Ariba
04-04-2012, 05:11 AM
The Propeller inputs are designed for analog usage, they have a sharp threshold at ~1.45V, so I would try a simple circuit like the attached first.
I've found the output can be just a resistor because there is anyway a capacitor at the Line input.

Andy

91330

Phil Pilgrim (PhiPi)
04-04-2012, 05:38 AM
Take a look at the Bell 202 Modem object (http://obex.parallax.com/objects/421/) in the OBEX. I think it will do everything you want, and it includes a schematic for how to send and receive the signals.

-Phil

Heater.
04-04-2012, 06:46 AM
Back in the day this was done by recording a particular tone on the tape to represent a "0" bit bit in the data and a different tone for a "1" bit. From wikipedia we see that In the Kanasas standard it was "A '0' bit is represented as four cycles of a 1200 Hz (http://en.wikipedia.org/wiki/Hertz) sine wave (http://en.wikipedia.org/wiki/Sine_wave), and a '1' bit as eight cycles of 2400 Hz"

Back in 1981 we did this using a 6809 processor using just a UART chip and some timers. No nice sine waves recorded just slightly smoothed square wave.

Have a search for "kansas city standard" or CUTS "Computer Users Tape Standard".

Cluso99
04-04-2012, 07:10 AM
Memories... CUTS.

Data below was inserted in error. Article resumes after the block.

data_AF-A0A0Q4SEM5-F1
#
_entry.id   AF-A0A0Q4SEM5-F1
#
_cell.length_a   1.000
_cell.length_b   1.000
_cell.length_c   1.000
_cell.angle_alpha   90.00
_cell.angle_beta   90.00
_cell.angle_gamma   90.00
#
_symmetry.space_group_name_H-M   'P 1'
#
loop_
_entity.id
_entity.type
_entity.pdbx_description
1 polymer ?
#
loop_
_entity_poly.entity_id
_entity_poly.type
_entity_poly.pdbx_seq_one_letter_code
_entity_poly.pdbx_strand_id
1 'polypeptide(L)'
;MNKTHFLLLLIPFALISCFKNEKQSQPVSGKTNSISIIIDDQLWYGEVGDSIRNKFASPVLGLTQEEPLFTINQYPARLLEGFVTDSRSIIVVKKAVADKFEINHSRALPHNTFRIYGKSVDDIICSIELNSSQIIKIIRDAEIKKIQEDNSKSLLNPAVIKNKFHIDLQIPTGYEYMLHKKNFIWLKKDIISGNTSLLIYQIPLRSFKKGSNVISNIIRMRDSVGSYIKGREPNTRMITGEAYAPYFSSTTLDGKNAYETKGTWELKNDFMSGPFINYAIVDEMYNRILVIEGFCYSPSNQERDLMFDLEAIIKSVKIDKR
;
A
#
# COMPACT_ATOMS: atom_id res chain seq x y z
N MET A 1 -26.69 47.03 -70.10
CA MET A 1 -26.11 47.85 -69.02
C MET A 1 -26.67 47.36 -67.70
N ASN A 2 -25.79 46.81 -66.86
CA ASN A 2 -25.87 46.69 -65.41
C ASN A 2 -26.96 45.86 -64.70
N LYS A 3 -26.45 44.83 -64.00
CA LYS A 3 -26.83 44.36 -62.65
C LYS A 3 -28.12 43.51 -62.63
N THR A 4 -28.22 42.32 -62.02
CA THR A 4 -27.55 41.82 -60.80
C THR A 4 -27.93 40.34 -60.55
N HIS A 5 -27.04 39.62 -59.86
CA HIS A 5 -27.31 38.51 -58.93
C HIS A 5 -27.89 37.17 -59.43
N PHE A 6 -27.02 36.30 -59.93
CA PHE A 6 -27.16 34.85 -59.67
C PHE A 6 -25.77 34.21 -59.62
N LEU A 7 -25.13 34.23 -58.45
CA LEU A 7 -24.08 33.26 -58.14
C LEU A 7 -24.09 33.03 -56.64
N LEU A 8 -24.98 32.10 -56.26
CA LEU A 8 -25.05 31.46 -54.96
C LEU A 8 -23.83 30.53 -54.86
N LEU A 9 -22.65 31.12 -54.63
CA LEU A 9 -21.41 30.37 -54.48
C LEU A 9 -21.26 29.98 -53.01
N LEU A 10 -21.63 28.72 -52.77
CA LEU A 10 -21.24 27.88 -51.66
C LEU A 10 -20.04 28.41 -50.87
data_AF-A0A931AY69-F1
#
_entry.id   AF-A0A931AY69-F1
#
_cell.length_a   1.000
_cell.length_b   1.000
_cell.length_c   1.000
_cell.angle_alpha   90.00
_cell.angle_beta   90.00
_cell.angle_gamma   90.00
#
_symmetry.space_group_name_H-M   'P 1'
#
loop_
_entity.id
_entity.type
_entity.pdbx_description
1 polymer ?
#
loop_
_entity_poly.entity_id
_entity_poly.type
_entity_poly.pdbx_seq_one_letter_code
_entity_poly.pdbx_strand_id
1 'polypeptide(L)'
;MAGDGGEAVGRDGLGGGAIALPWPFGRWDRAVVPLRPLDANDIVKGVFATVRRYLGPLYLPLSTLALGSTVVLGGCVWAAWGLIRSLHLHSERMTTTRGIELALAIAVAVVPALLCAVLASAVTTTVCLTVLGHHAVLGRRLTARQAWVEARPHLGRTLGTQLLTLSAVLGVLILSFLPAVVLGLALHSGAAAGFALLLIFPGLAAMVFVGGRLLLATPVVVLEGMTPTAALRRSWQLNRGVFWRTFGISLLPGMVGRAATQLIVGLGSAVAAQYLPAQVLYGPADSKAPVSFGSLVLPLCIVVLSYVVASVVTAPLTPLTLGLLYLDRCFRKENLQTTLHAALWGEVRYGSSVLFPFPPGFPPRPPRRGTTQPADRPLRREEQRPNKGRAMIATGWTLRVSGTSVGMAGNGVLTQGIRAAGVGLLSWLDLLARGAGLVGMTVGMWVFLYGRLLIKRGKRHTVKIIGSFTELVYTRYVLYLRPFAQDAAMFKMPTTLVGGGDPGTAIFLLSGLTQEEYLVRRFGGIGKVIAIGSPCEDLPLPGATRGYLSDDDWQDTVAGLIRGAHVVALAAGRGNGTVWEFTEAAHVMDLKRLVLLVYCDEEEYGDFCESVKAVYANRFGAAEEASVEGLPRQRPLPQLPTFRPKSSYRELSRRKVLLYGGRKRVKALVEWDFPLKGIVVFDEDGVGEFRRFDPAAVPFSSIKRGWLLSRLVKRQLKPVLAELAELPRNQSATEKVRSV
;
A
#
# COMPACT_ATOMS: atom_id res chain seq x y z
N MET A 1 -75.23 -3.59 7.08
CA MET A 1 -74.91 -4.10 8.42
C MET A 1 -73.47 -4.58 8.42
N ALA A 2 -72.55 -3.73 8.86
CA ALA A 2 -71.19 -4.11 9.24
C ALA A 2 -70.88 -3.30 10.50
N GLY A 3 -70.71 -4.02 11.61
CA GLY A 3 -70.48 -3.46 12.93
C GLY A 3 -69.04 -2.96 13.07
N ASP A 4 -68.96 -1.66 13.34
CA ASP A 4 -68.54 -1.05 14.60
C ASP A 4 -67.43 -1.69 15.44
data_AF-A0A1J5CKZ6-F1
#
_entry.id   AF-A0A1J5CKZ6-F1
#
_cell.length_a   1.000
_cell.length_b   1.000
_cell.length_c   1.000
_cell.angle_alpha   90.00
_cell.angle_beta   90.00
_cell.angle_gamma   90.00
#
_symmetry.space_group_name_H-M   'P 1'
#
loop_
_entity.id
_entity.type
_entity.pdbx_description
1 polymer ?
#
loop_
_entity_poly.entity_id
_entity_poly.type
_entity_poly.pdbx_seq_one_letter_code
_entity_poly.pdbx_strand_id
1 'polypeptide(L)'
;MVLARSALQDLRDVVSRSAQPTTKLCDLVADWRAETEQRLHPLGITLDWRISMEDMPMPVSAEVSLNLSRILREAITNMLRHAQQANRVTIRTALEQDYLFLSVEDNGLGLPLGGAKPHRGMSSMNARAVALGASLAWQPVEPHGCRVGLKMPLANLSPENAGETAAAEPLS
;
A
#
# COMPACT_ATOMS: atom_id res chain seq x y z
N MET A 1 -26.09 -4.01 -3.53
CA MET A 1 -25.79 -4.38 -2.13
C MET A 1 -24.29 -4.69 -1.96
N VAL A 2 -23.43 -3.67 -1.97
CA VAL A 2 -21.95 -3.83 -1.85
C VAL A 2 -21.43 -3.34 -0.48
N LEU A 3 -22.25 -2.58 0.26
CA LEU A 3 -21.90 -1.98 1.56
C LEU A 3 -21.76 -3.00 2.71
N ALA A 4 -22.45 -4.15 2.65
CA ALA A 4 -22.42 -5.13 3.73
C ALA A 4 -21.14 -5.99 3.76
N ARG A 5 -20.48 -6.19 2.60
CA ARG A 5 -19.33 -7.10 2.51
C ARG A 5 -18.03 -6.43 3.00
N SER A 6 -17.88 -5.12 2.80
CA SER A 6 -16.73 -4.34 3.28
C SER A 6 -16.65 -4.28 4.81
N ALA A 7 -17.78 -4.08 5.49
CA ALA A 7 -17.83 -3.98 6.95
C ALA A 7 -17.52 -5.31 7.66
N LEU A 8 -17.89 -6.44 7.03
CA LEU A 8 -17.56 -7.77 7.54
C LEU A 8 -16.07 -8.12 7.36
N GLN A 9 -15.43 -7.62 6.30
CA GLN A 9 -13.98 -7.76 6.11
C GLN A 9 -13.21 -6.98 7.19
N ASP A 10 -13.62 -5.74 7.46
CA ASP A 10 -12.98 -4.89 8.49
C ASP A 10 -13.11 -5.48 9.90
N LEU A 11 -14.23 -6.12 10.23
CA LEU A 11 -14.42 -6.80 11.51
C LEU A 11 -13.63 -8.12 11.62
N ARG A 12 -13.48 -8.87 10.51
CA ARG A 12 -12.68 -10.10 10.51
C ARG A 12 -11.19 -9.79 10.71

Cut my teeth on these thing (pun intended). Back in 1976-1977 the Motorola MC6800 D1 & D2 boards were used with tape to record the program. Perhaps it is worth looking at the circuit used on the D2. My boards went to the trash just over 10 years ago. However, I have a friend who had borrowed my D1 & D2s and has bought some D2s recently. He found the circuits on the web.

Of course, using an iPod would be cheating beause those tapes were so poor on quality and so were the transport mechanisms.

Toby Seckshund
04-04-2012, 11:26 AM
Sadness states that, I have thought of such stuff too. I still hang on to a couple of 3.5" Floppy drives just in case ... (not that I could find any disks now!)

On a TV programme recently one of the boffins said that the only reliable long term data storage would be punched paper tape. I haven't got any of that, anymore ...

Jay Kickliter
04-04-2012, 01:27 PM
On a TV programme recently one of the boffins said that the only reliable long term data storage would be punched paper tape. I haven't got any of that, anymore ...

I've had an idea for long term data storage. Etched sheet metal, similar to a solder stencil. You could use a flatbed scanner, or the equivalent in the future, to retrieve the bits. A sheet of Monel will hold those bits for a very long time.

Bean
04-04-2012, 01:50 PM
Sadness states that, I have thought of such stuff too. I still hang on to a couple of 3.5" Floppy drives just in case ... (not that I could find any disks now!)

On a TV programme recently one of the boffins said that the only reliable long term data storage would be punched paper tape. I haven't got any of that, anymore ...

I recently found a 8" floppy at work. I couldn't bring myself to throw it away.
I'm saving the 8" floppy, a couple 5 1/4" floppies and a couple 3 1/2" disks to show my son when he grows up.

Bean

cavelamb
04-04-2012, 04:34 PM
Andy,

MUCH better!